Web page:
Make Some Room: January

Header (text): MAKE SOME ROOM (there's always room for one more)

If I’m brutally honest, there’s one book coming out this month that I’m more excited about than all the rest, but as usual there’s several intriguing titles heading our way. If there’s always room for one more, these are the ones I recommend you take a look at.

I’ve been in a funny mood recently, finding it tricky to get excited about new book pitches. Fantasy has been a big loser on this score – I’m conscious that there’s an array of shiny releases heading our way this year, but you won’t see any here as my coverage is unapologetically subjective – if I’m not excited, I’m unlikely to talk about it (head on over to the Fantasy Hive instead, who have an excellent rundown of upcoming titles). On the flip side, it means that once something catches my eye, it catches my eye (poor thing, typically with attendant Expectation). So, what stands out this month?

Sequoia Nagamatsu’s debut is a multi-generational tale of humanity adapting to apocalypse after climate change unleashes a deadly plague from the melting Arctic permafrost. I love a post-apocalypse tale, and this genre-blurring outing focuses firmly on hope, love, resilience and reinvention over doom and gloom – the perfect start to 2022. How High We Go In The Dark is out from Bloomsbury Publishing on January 18.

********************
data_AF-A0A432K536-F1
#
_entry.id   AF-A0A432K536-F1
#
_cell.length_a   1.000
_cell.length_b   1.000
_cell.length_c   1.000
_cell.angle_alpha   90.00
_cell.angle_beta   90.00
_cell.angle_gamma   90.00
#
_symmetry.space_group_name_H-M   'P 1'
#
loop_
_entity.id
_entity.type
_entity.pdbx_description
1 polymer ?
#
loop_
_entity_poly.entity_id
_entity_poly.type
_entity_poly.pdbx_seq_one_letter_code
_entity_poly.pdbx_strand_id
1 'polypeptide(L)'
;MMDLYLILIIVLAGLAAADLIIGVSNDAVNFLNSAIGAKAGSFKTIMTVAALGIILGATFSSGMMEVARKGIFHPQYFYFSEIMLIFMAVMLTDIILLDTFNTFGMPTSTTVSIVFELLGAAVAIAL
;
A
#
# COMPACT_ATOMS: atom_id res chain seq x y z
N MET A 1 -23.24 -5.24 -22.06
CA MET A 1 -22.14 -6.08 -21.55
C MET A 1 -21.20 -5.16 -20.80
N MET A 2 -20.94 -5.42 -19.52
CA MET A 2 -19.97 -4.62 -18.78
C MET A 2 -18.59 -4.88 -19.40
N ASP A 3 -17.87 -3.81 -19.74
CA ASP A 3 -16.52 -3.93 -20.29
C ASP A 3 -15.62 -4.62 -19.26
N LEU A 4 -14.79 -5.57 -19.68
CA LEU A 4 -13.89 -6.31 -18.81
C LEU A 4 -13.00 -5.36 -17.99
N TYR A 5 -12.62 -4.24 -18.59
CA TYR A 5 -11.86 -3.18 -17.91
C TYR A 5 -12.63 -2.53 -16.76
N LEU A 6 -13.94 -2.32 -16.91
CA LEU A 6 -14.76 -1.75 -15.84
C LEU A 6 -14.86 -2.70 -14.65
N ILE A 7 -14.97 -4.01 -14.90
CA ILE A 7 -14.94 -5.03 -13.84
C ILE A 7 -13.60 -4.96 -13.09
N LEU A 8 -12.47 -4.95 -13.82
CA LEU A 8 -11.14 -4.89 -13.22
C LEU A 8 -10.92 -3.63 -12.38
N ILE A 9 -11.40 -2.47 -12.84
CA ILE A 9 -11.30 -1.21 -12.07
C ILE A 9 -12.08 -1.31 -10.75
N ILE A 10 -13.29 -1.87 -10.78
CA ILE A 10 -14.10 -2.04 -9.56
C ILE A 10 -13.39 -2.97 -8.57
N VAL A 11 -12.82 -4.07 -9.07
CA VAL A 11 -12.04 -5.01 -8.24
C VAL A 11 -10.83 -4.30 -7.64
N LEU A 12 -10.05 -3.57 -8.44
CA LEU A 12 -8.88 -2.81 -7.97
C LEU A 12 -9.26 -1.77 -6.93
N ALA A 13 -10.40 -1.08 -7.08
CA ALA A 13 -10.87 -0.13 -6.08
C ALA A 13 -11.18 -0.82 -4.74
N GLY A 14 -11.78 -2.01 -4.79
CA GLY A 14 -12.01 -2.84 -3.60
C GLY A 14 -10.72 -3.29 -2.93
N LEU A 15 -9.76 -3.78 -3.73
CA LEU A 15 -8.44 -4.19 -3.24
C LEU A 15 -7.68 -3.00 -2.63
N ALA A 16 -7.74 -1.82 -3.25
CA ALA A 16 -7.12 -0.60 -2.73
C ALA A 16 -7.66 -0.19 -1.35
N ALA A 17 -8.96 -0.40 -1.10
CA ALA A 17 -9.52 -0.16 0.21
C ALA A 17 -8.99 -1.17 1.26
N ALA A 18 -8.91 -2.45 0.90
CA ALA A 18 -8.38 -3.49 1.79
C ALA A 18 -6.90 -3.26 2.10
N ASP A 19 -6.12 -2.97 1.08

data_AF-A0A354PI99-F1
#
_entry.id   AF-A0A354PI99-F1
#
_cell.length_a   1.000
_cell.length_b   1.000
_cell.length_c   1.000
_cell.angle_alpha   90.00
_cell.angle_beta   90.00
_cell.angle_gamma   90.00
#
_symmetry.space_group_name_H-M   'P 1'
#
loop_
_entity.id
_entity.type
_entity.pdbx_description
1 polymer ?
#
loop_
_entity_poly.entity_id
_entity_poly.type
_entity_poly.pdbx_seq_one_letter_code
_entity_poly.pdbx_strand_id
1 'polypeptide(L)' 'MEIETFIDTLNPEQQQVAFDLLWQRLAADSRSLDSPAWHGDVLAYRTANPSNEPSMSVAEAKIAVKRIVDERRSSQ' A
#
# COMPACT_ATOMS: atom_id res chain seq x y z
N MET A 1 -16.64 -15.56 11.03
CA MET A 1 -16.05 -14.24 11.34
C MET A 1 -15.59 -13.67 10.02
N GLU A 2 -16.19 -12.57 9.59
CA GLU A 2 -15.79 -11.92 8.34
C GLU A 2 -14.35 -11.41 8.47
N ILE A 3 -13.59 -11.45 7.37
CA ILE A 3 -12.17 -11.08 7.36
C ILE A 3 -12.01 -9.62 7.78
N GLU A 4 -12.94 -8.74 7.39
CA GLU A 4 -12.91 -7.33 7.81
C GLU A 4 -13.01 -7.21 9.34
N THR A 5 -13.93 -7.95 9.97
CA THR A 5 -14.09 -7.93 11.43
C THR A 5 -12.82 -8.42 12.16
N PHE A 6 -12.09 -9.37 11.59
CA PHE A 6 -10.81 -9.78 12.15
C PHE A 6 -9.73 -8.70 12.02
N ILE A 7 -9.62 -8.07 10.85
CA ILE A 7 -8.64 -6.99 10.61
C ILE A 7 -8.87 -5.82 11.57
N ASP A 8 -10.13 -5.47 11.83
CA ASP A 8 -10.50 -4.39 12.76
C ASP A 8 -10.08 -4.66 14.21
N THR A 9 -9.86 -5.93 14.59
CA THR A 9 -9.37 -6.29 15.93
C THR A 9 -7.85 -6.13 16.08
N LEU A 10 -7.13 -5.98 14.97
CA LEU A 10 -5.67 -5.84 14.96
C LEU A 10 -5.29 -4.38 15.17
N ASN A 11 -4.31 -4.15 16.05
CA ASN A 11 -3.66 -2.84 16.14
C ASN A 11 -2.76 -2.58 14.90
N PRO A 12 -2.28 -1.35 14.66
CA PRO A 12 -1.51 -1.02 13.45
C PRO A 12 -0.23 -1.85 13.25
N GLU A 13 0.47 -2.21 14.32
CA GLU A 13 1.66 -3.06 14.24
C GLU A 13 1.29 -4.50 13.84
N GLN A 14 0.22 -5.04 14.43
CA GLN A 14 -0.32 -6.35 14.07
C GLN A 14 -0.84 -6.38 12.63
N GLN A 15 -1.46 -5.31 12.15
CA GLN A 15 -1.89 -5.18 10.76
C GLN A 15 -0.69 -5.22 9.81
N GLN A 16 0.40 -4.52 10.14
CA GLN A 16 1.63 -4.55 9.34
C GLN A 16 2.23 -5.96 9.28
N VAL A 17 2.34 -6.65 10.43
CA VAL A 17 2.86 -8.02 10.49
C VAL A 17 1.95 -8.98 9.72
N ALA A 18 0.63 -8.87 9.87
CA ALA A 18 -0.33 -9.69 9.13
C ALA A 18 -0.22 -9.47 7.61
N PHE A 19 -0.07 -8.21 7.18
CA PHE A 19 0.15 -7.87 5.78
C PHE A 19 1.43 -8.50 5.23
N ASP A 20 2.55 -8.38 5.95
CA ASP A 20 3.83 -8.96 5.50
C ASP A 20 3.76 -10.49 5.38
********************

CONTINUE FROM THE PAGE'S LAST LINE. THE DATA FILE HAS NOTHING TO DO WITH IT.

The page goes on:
Book cover: How High We Go In The Dark - Sequoia Nagamatsu

Tochi Onyebuchi is back with his adult novel debut. In Goliath, the rich are abandoning Earth for space colonies; the poor are struggling to rebuild what remains and survive the violent streets. Expect a multi-threaded narrative examining the inequality of resources and opportunities from multiple perspectives. Out in ebook from on January 25 (hardback to follow from St Martin’s Press next month).

The English translation of Hervé Le Tellier’s high concept thriller gets a mainstream release this month. The Anomaly has a flight survive a terrible storm… twice. Three months after the plane touches tarmac, it reappears on radar and lands again, complete with duplicates of everyone aboard. The world – and the individuals affected – must grapple with the implications of shared identities and shared lives. Out from Penguin Books on January 20.

Okezie Nwoka’s debut God Of Mercy imagines an Igbo village that has resisted external influences, isolated in its dedication to its gods. When a girl with unusual powers is exiled from Ichulu’s safety, she must survive the harsh beliefs of the outside world and come to terms with who and what she is. This tale of conflicting traditions and decolonised folklore, is out in hardback from Astra House on January 7 (or available now in incredibly discounted ebook, you know what to do).

What books coming out this month are you excited for?

All release dates and publishers are for the UK unless otherwise mentioned.